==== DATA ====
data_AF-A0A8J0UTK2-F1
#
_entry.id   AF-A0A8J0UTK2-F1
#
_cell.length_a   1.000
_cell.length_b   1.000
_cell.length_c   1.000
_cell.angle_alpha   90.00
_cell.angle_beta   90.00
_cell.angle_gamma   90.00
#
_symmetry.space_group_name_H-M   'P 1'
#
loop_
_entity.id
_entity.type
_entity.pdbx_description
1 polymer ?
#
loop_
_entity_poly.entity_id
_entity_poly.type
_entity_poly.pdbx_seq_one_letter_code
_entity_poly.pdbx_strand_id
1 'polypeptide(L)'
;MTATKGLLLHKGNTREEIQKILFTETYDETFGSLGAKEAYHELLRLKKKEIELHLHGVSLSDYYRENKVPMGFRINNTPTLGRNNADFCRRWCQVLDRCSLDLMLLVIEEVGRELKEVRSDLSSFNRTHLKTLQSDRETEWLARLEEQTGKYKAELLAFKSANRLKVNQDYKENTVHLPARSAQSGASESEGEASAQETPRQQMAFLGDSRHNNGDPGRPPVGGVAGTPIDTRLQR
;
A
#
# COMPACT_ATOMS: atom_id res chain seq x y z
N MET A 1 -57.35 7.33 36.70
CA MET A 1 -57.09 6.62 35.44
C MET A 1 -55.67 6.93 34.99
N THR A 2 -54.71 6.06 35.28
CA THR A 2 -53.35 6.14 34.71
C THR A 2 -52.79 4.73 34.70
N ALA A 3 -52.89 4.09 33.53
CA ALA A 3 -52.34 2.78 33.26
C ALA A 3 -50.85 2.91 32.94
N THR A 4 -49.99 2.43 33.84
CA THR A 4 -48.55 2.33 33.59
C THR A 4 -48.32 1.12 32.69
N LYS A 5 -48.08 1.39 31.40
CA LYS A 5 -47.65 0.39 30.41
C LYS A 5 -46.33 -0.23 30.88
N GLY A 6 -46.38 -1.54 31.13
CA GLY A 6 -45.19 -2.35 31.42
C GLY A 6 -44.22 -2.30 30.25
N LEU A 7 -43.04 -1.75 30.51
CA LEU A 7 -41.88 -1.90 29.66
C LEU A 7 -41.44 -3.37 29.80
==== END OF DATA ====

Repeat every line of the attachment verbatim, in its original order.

data_AF-A0A8J0UTK2-F1
#
_entry.id   AF-A0A8J0UTK2-F1
#
_cell.length_a   1.000
_cell.length_b   1.000
_cell.length_c   1.000
_cell.angle_alpha   90.00
_cell.angle_beta   90.00
_cell.angle_gamma   90.00
#
_symmetry.space_group_name_H-M   'P 1'
#
loop_
_entity.id
_entity.type
_entity.pdbx_description
1 polymer ?
#
loop_
_entity_poly.entity_id
_entity_poly.type
_entity_poly.pdbx_seq_one_letter_code
_entity_poly.pdbx_strand_id
1 'polypeptide(L)'
;MTATKGLLLHKGNTREEIQKILFTETYDETFGSLGAKEAYHELLRLKKKEIELHLHGVSLSDYYRENKVPMGFRINNTPTLGRNNADFCRRWCQVLDRCSLDLMLLVIEEVGRELKEVRSDLSSFNRTHLKTLQSDRETEWLARLEEQTGKYKAELLAFKSANRLKVNQDYKENTVHLPARSAQSGASESEGEASAQETPRQQMAFLGDSRHNNGDPGRPPVGGVAGTPIDTRLQR
;
A
#
# COMPACT_ATOMS: atom_id res chain seq x y z
N MET A 1 -57.35 7.33 36.70
CA MET A 1 -57.09 6.62 35.44
C MET A 1 -55.67 6.93 34.99
N THR A 2 -54.71 6.06 35.28
CA THR A 2 -53.35 6.14 34.71
C THR A 2 -52.79 4.73 34.70
N ALA A 3 -52.89 4.09 33.53
CA ALA A 3 -52.34 2.78 33.26
C ALA A 3 -50.85 2.91 32.94
N THR A 4 -49.99 2.43 33.84
CA THR A 4 -48.55 2.33 33.59
C THR A 4 -48.32 1.12 32.69
N LYS A 5 -48.08 1.39 31.40
CA LYS A 5 -47.65 0.39 30.41
C LYS A 5 -46.33 -0.23 30.88
N GLY A 6 -46.38 -1.54 31.13
CA GLY A 6 -45.19 -2.35 31.42
C GLY A 6 -44.22 -2.30 30.25
N LEU A 7 -43.04 -1.75 30.51
CA LEU A 7 -41.88 -1.90 29.66
C LEU A 7 -41.44 -3.37 29.80